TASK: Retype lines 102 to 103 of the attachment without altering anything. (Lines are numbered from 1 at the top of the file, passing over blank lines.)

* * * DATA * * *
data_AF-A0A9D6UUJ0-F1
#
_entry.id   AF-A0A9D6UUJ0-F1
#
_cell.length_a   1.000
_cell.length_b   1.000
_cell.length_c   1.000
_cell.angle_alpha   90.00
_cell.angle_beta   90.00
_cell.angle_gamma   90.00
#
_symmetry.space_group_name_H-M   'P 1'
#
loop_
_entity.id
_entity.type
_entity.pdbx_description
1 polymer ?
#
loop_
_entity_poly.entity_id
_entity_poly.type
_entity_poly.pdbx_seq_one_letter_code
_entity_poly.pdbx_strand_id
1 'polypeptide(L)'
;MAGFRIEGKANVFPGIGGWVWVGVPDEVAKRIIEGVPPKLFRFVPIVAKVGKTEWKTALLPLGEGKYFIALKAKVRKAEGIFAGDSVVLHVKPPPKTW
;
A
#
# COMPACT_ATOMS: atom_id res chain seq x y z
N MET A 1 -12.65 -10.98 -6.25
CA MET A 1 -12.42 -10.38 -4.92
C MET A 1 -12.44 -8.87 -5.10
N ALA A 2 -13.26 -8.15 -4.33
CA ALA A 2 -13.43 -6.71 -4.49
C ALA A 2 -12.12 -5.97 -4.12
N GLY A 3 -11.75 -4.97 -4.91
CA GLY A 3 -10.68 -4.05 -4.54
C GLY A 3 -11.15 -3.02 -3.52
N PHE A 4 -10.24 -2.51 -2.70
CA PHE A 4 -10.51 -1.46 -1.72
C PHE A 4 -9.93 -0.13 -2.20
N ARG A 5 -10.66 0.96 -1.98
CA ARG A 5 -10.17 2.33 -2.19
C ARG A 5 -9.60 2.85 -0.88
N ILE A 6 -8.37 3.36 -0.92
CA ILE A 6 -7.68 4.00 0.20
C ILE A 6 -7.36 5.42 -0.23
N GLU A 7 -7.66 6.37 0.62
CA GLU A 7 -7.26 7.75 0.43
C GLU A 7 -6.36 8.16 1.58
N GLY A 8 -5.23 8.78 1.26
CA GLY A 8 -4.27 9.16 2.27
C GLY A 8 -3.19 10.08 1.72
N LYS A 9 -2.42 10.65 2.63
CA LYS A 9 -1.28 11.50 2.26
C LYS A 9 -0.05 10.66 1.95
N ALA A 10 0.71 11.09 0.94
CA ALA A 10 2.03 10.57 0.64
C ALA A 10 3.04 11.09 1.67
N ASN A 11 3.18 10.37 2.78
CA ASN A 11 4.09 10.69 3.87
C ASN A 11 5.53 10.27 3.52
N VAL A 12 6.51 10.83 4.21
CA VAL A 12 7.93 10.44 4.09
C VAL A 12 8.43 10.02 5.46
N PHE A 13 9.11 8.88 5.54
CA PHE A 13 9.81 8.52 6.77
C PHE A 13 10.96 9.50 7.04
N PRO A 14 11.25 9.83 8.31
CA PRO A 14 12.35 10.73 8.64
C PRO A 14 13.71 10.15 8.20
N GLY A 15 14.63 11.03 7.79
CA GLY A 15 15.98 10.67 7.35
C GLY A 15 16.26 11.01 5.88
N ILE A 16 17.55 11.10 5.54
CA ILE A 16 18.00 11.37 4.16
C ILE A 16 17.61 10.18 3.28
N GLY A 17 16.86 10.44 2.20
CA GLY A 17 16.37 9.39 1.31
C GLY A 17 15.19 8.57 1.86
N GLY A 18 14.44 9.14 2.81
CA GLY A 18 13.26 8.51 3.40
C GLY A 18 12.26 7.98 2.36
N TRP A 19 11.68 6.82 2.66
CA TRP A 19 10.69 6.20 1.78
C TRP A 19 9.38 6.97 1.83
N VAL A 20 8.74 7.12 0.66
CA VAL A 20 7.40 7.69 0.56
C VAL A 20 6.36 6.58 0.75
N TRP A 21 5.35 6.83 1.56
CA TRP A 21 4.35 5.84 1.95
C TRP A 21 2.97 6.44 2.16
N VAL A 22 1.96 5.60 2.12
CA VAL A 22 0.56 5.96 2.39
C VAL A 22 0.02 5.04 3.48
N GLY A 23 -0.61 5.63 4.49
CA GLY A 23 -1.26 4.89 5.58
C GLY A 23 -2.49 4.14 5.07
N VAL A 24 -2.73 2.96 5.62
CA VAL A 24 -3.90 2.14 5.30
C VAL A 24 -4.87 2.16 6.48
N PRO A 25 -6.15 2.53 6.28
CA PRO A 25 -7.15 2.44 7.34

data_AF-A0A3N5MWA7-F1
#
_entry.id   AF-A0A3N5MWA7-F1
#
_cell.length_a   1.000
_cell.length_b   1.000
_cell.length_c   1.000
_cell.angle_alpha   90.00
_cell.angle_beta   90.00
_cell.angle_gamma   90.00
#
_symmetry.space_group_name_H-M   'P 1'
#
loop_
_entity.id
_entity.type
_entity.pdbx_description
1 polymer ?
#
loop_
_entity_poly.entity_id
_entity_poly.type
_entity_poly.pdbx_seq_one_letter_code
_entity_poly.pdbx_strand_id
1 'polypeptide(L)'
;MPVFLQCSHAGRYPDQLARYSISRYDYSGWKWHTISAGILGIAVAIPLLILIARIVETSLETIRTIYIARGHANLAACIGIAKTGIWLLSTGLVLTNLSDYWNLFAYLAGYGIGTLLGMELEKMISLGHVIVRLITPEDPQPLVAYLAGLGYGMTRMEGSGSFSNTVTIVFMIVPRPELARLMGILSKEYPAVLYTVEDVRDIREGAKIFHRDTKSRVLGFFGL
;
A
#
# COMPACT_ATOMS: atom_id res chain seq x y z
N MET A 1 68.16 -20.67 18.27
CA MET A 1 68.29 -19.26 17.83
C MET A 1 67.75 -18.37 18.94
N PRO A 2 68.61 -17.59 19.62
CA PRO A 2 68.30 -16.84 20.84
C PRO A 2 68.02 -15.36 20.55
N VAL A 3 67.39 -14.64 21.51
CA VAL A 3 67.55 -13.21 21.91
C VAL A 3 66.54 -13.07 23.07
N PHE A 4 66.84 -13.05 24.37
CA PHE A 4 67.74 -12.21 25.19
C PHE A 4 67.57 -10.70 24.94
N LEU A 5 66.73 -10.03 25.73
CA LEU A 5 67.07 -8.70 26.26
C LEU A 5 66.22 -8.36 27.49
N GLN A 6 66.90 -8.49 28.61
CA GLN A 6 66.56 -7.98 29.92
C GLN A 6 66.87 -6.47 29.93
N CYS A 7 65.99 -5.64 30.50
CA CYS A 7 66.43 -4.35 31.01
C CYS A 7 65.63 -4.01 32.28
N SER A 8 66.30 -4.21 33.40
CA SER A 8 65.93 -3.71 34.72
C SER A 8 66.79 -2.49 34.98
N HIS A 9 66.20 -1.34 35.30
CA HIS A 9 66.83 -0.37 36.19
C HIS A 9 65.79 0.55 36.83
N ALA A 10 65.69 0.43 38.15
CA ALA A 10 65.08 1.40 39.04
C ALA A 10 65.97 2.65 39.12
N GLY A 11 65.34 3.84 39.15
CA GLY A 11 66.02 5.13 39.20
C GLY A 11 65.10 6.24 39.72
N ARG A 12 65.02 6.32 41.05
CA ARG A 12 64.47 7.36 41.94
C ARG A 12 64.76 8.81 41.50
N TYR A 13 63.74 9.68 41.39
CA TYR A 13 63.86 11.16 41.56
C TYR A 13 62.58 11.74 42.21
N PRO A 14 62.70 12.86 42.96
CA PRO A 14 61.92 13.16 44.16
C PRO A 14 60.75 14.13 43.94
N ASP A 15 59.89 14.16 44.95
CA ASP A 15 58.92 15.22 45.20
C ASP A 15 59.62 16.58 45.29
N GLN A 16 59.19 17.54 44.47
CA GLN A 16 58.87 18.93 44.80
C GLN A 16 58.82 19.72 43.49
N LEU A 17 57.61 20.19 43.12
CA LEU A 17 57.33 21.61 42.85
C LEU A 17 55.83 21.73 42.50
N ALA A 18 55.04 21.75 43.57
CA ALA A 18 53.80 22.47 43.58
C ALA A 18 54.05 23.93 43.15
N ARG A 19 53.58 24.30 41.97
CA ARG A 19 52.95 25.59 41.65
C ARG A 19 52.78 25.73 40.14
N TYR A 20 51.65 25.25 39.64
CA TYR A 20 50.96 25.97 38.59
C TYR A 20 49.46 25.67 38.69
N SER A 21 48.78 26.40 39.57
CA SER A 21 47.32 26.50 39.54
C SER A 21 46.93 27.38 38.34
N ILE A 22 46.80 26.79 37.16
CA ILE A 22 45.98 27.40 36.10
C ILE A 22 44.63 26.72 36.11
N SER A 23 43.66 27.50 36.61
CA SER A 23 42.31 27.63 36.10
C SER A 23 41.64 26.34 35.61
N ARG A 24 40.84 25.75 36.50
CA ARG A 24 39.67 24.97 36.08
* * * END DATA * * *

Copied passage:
C VAL A 24 -4.87 2.16 6.48
N PRO A 25 -6.15 2.53 6.28